Try Our Apps


Avoid these words. Seriously.


[verb en-er-veyt; adjective ih-nur-vit] /verb ˈɛn ərˌveɪt; adjective ɪˈnɜr vɪt/
verb (used with object), enervated, enervating.
to deprive of force or strength; destroy the vigor of; weaken.
Origin of enervate
1595-1605; < Latin ēnervātus weakened (past participle of ēnervāre) equivalent to ē- e-1 + nerv(us) sinew (see nerve) + -ātus -ate1; compare Anglo-French enervir, French énerver
Related forms
enervation, noun
enervative, adjective
enervator, noun
nonenervating, adjective
Can be confused Unabridged
Based on the Random House Dictionary, © Random House, Inc. 2018.
Cite This Source
Examples from the Web for enervate
Historical Examples
  • Why, indeed, plunge into dissipations which enervate the body and dull the brain?

    Devil Stories Various
  • He had learned the art from them, and London had scarce had time as yet to enervate him.

    The Late Tenant

    Louis Tracy
  • She was careful not to enervate him by luxury or weak indulgence.

    De La Salle Fifth Reader Brothers of the Christian Schools
  • Shun all that may enervate or diminish your youthful energies.

  • Then as they are almost all fighting men (tata toa) they are restricted that they may not weaken or enervate themselves.

  • It is thought to enervate and corrupt by means of a luxurious excitement, purely fictitious and temporary.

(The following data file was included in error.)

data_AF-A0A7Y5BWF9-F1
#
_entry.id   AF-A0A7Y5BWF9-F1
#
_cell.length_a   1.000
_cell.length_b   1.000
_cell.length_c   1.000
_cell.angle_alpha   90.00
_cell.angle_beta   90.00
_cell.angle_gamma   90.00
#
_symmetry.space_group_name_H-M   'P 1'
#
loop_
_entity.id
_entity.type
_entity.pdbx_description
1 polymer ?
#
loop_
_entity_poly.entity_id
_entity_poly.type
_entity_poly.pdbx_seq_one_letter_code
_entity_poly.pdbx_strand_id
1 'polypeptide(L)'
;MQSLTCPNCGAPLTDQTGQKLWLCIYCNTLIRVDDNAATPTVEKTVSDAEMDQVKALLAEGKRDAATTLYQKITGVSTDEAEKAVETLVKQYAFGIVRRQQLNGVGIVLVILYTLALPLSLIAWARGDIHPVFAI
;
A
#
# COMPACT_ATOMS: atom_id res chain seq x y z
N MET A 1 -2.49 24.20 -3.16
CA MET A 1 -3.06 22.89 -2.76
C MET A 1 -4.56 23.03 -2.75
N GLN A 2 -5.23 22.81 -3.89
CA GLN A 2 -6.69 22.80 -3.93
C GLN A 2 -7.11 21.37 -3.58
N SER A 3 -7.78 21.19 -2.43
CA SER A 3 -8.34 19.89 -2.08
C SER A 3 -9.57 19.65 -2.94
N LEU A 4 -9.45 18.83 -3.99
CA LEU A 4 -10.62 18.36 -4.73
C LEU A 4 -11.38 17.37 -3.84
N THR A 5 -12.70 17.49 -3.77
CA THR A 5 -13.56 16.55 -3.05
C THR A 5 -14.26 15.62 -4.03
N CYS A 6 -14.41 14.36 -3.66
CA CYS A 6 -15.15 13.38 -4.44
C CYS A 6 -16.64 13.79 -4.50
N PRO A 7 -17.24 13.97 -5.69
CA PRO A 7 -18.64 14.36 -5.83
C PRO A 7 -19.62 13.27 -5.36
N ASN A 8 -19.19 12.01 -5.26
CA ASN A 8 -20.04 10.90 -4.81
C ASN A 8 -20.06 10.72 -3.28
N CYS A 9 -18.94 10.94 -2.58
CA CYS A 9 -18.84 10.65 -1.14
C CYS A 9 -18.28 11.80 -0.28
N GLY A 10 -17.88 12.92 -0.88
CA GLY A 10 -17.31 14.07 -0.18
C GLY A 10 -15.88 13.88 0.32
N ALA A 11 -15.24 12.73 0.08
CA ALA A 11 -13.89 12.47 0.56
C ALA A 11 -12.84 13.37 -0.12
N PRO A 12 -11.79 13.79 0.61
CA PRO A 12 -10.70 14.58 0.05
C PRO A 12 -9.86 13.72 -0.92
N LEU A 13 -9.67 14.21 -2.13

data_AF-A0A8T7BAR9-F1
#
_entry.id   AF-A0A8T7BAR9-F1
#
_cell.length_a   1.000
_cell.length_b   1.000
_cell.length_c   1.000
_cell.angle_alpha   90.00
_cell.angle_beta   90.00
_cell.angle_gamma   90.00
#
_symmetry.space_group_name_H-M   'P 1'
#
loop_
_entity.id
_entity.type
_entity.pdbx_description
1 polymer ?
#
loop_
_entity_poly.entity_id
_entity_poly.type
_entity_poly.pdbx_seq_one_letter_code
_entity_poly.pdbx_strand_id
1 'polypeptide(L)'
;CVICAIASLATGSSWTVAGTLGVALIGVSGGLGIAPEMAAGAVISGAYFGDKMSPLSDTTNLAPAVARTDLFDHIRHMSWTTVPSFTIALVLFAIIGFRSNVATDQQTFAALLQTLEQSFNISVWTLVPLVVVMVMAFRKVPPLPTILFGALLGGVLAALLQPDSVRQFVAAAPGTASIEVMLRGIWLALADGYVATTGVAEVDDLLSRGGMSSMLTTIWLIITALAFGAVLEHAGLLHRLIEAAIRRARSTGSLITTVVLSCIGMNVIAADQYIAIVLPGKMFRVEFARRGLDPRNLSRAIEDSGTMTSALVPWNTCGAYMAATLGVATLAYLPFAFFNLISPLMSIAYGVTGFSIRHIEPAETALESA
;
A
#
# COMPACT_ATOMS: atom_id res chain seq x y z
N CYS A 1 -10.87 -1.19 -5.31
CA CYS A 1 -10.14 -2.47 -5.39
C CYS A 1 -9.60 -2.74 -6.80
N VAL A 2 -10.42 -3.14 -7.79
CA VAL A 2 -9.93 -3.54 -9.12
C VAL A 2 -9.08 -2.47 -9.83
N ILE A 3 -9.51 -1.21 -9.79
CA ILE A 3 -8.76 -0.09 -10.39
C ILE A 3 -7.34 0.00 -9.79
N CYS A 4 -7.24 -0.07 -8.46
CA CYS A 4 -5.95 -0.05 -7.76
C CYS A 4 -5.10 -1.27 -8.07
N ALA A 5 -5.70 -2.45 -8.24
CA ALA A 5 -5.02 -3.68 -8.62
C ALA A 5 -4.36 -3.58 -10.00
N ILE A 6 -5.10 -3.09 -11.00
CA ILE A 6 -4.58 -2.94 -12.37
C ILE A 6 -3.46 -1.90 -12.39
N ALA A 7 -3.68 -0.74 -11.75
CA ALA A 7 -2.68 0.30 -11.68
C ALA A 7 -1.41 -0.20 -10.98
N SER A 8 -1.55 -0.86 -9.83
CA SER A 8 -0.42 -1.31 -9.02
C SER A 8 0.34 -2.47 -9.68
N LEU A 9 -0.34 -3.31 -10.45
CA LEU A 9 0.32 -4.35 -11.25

• Do not some of them tend to enervate the authority evidently designed thus to regulate and controul?

  • Yet it seems to me that self-abuse in excess must be injurious to health, for it must weaken and enervate.

    The Memoires of Casanova, Complete Jacques Casanova de Seingalt
  • A low hot wind began to rise, and fan his cheek with pestiferous kisses, and enervate his frame with its poisonous embrace.

    Alroy Benjamin Disraeli
  • The ease and plenty which they enjoy, enervate their manners, and destroy all vigour both of body and mind.

British Dictionary definitions for enervate


verb (ˈɛnəˌveɪt)
(transitive) to deprive of strength or vitality; weaken physically or mentally; debilitate
adjective (ɪˈnɜːvɪt)
deprived of strength or vitality; weakened
Derived Forms
enervation, noun
enervative, adjective
enervator, noun
Word Origin
C17: from Latin ēnervāre to remove the nerves from, from nervus nerve, sinew
Collins English Dictionary - Complete & Unabridged 2012 Digital Edition
© William Collins Sons & Co. Ltd. 1979, 1986 © HarperCollins
Publishers 1998, 2000, 2003, 2005, 2006, 2007, 2009, 2012
Cite This Source
Word Origin and History for enervate

c.1600, from Latin enervatus, past participle of enervare "to weaken" (see enervation). Related: Ennervated; ennervating.

Online Etymology Dictionary, © 2010 Douglas Harper
Cite This Source
enervate in Medicine

enervate en·er·vate (ěn'ər-vāt')
v. en·er·vat·ed, en·er·vat·ing, en·er·vates

  1. To remove a nerve or nerve part.

  2. To cause weakness or a reduction of strength.

en'er·va'tion n.
The American Heritage® Stedman's Medical Dictionary
Copyright © 2002, 2001, 1995 by Houghton Mifflin Company. Published by Houghton Mifflin Company.
Cite This Source

Word of the Day

Nearby words for enervate

Word Value for enervate

Scrabble Words With Friends